The average consumer is actually less security-aware than they were two years ago, according to a recent study from Kaspersky Lab and B2B International.

The study, which polled nearly 12,000 people in 27 countries, found only 58 percent of respondents said they understand how to use Internet security software, compared to 65 percent in 2013.

This number is particularly alarming considering consumers are using more Internet-connected devices on a regular basis, with the average household owning eight connected devices, according to Kaspersky. Unsurprisingly, most respondents said they use a mobile device as their go-to platform to access the Internet, with 57 percent of respondents saying they use their smartphone more than a computer or tablet.

And even though consumers seem to be less security-savvy than they were just a few years ago, the amount of concern surrounding web security has increased, Kaspersky said. About 57 percent of respondents said they worried about their own and their family’s online activity in 2015, which marks a three percent increase from 2013-2014.

While 93 percent of respondents said they have software to secure their Windows PCs against malware, the same cannot be said for tablets and smartphones, according to the study. Currently, only 32 percent of iPad users have some form of security solution installed on their device, with 26 percent of iPhone users having a security solution in place.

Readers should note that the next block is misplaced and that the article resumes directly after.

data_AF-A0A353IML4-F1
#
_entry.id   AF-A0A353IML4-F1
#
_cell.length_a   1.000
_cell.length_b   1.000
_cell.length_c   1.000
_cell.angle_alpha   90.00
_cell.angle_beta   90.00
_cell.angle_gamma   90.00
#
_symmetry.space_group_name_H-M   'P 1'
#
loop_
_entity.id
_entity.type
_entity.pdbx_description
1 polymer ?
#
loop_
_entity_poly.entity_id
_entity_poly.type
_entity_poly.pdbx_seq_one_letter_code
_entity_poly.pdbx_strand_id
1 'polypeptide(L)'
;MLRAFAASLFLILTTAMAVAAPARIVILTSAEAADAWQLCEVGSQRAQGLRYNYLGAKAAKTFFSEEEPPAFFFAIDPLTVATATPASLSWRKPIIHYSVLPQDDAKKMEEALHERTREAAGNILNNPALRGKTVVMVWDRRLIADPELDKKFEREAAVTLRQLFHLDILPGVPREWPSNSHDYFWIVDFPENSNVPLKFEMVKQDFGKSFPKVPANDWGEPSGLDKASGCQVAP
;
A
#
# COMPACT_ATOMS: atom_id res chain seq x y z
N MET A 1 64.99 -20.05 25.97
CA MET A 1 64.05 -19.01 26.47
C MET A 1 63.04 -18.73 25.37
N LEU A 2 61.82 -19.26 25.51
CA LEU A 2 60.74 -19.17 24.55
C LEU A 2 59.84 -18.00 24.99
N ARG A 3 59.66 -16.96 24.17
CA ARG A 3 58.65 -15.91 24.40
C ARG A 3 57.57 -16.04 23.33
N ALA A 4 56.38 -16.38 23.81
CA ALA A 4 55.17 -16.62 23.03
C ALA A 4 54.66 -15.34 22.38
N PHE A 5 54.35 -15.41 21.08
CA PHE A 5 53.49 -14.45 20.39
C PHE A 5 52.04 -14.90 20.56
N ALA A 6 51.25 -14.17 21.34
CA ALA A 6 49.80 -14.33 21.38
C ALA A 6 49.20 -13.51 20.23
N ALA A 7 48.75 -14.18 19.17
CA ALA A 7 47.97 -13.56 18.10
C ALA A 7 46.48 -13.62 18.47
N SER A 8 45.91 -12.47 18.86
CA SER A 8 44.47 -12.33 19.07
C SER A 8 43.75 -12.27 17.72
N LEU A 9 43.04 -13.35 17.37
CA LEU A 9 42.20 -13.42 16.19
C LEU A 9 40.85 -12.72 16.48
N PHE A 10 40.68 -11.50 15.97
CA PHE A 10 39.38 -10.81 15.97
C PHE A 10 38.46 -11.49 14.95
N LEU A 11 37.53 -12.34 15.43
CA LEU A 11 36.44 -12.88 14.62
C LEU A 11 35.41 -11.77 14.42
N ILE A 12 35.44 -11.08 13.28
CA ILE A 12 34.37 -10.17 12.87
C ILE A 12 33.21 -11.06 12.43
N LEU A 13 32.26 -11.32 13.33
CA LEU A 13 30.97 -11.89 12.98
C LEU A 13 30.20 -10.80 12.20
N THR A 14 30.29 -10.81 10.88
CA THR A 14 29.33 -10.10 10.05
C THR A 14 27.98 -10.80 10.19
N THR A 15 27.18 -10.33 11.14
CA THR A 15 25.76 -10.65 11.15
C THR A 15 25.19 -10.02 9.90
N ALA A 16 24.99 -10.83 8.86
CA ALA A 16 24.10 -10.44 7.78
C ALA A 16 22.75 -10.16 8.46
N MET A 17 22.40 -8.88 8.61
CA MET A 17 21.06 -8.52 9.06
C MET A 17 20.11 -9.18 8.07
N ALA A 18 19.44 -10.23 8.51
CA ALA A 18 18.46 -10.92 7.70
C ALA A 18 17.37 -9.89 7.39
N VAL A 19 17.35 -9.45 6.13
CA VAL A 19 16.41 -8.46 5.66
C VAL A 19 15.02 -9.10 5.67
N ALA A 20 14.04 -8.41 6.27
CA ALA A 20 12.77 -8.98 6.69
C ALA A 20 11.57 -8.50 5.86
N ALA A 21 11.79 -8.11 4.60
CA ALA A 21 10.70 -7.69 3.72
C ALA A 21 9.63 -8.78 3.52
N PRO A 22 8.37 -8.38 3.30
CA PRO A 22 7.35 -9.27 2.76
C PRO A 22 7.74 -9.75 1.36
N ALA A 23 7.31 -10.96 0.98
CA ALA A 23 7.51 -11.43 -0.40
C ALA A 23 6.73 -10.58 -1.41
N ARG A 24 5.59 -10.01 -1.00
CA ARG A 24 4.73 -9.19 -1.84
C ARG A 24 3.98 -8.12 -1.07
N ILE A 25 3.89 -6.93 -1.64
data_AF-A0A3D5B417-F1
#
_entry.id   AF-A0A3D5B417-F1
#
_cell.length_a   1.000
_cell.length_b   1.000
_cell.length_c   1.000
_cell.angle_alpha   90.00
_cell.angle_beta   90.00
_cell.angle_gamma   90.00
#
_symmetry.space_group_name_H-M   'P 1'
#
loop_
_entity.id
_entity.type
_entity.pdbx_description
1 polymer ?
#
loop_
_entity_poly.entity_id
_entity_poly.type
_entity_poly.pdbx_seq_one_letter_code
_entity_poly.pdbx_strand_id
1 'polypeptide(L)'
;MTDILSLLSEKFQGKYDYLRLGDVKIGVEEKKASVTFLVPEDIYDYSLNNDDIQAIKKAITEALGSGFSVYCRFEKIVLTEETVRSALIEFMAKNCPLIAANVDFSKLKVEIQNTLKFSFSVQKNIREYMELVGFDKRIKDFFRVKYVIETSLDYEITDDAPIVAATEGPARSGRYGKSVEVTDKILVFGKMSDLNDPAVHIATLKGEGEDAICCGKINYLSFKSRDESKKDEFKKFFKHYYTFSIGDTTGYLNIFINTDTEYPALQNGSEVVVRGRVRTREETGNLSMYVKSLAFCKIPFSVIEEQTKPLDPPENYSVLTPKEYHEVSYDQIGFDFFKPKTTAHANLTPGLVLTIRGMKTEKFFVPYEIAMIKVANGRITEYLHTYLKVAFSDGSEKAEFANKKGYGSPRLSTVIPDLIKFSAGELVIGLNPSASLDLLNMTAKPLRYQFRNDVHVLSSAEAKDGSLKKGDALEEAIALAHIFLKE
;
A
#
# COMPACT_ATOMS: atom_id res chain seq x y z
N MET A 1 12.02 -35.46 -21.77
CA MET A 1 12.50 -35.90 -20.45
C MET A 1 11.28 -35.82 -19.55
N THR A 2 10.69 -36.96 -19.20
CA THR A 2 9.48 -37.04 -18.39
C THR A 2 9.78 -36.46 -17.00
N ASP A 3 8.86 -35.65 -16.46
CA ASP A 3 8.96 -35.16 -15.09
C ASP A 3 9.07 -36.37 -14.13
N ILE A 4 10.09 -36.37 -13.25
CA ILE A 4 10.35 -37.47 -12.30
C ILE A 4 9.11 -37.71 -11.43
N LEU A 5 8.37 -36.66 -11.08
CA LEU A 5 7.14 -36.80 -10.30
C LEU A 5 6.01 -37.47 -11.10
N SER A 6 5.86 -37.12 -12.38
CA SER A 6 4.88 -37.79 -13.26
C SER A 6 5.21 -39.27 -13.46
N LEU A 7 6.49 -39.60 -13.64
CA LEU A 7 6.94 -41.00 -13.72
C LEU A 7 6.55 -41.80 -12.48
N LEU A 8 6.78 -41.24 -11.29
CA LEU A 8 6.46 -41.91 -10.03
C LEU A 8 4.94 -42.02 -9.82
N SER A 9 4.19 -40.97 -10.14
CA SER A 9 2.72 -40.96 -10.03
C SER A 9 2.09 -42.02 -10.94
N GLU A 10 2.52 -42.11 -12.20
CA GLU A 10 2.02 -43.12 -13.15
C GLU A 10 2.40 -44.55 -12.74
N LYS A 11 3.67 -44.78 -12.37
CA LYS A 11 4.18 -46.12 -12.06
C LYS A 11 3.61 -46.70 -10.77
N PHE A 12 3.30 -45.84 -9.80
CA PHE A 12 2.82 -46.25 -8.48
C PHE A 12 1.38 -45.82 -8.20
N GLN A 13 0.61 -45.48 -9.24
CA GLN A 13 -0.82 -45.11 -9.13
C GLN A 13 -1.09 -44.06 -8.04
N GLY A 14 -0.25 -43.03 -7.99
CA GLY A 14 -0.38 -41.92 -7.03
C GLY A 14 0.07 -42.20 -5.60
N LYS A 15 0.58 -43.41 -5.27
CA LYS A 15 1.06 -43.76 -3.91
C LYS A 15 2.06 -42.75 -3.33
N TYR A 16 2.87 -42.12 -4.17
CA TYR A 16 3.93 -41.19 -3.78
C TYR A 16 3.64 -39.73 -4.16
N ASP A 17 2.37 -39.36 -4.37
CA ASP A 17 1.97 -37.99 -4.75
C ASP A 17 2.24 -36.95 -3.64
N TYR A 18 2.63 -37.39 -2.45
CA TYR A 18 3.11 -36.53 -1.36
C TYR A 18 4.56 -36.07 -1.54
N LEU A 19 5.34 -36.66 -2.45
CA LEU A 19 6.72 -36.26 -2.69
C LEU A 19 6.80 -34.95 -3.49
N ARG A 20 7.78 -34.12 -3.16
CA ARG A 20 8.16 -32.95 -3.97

The number of Android tablets and smartphones boast a higher level of protection, with 65 percent of Android tablets and 60 percent of Android smartphones exhibiting some form of protection. Windows tablets and phones, meanwhile, are protected 83 percent and 44 percent of the time, respectively.

When asked why they didn’t have any means of security on their smartphones and tablets, respondents said they thought antivirus and Internet security software would slow down their devices or that software was too expensive. About 12 percent admitted they do not know what software to install or where they can get it from, Kaspersky said.

Kaspersky was quick to note the rapid increase of smartphones and tablets means hackers and other bad actors are more likely to target these devices than ever before. And when coupled with the notoriously poor security standards and means of protection exhibited by most device owners, many hackers undoubtedly see mobile devices as a gold mine for personal and financial data just waiting to be stolen.

“Connected devices – particularly smartphones – are increasingly used to manage online activities and store essential and private information, making these devices attractive to thieves and cyber-attackers,” said Elena Kharchenko, head of Consumer Product Management at Kaspersky Lab, in a statement. “As we continue to store more of our lives on multiple devices, it is vital that we take their security seriously.”

Of course, the company offers several solutions designed to protect connected devices, including its Kaspersky Internet Security Multi Device and Kaspersky Total Security Multi-Device solutions, but there are numerous other ways to protect yourself from cybertheft, including raising your general awareness about online threats.

And consumers aren’t the only ones who struggle to keep their devices safe – a recent study conducted by Dimensional Research and xMatters found only 52 percent of companies have a dedicated incident response team in place. Similarly, a study by Cybrary found a lack of required professional skills among security professionals is causing issues for companies looking to protect their assets.